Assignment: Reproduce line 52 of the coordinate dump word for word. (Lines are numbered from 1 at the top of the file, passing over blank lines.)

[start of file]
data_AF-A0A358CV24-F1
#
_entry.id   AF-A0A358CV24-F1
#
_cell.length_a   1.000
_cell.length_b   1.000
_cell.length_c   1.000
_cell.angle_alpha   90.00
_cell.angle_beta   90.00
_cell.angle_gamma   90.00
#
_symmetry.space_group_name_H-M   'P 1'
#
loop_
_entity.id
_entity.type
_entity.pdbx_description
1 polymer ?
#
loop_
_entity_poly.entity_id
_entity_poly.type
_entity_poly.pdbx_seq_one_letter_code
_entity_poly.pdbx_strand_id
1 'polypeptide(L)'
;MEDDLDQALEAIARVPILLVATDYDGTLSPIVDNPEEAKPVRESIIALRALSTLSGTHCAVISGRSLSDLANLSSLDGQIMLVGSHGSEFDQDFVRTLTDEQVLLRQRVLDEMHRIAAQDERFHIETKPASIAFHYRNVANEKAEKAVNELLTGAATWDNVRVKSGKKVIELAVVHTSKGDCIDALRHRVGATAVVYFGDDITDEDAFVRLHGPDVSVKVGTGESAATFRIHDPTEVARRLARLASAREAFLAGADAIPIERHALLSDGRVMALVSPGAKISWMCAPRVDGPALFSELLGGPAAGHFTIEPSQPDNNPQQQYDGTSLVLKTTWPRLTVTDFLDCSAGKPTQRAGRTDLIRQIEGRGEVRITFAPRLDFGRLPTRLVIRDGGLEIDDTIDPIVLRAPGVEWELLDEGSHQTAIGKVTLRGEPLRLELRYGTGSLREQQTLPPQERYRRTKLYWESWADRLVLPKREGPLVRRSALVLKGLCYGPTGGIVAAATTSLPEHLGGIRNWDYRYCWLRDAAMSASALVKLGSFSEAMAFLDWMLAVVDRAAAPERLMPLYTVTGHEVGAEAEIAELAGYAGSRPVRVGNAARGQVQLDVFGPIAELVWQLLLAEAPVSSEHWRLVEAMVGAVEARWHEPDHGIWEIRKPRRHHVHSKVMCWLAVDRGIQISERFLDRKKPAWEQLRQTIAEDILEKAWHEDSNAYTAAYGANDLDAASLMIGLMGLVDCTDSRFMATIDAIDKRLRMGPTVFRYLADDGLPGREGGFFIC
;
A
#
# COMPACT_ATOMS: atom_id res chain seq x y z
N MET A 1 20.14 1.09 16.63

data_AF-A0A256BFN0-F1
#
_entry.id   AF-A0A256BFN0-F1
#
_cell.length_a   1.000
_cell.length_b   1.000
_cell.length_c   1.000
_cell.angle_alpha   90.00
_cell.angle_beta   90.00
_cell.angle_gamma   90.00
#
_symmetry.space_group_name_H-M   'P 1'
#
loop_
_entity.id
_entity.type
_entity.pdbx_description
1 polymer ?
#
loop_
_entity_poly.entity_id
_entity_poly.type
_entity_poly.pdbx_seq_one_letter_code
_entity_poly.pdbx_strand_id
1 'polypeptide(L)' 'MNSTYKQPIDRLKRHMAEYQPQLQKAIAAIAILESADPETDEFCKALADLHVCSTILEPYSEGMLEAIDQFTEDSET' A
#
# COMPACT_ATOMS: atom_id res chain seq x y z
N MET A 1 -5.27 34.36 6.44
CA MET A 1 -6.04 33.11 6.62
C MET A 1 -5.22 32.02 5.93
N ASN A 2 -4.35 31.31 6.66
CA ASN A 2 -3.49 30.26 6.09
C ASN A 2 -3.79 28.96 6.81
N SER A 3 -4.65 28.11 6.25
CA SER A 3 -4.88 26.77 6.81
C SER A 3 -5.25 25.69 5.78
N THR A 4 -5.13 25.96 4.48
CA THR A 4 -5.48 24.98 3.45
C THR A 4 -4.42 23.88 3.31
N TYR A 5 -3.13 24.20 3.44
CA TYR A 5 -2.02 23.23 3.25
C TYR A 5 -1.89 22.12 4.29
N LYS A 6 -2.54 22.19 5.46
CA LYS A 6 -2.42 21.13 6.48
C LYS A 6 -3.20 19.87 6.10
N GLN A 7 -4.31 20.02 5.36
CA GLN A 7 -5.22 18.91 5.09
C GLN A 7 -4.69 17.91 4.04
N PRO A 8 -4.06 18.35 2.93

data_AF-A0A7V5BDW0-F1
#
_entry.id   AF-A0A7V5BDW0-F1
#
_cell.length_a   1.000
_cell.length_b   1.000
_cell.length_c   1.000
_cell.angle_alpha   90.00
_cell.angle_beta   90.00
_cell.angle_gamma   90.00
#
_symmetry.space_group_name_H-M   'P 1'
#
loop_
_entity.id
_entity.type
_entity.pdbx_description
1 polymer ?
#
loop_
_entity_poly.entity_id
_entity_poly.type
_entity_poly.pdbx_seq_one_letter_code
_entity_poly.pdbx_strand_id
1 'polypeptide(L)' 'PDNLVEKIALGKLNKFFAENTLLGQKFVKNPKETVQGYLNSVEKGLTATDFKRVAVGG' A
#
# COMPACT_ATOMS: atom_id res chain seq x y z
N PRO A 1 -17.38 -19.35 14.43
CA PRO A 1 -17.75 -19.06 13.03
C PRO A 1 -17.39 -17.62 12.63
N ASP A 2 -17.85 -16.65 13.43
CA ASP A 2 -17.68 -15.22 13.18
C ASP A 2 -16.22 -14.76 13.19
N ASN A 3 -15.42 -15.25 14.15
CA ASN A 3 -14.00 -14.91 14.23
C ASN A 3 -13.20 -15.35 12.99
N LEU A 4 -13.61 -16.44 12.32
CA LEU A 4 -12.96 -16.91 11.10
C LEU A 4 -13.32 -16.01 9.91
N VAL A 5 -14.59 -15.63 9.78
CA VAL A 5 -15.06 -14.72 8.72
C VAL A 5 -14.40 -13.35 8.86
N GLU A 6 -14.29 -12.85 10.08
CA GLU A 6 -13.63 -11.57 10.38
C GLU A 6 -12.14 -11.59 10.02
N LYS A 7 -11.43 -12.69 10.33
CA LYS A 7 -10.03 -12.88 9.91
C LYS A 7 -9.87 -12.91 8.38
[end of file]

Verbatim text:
_entity_poly.entity_id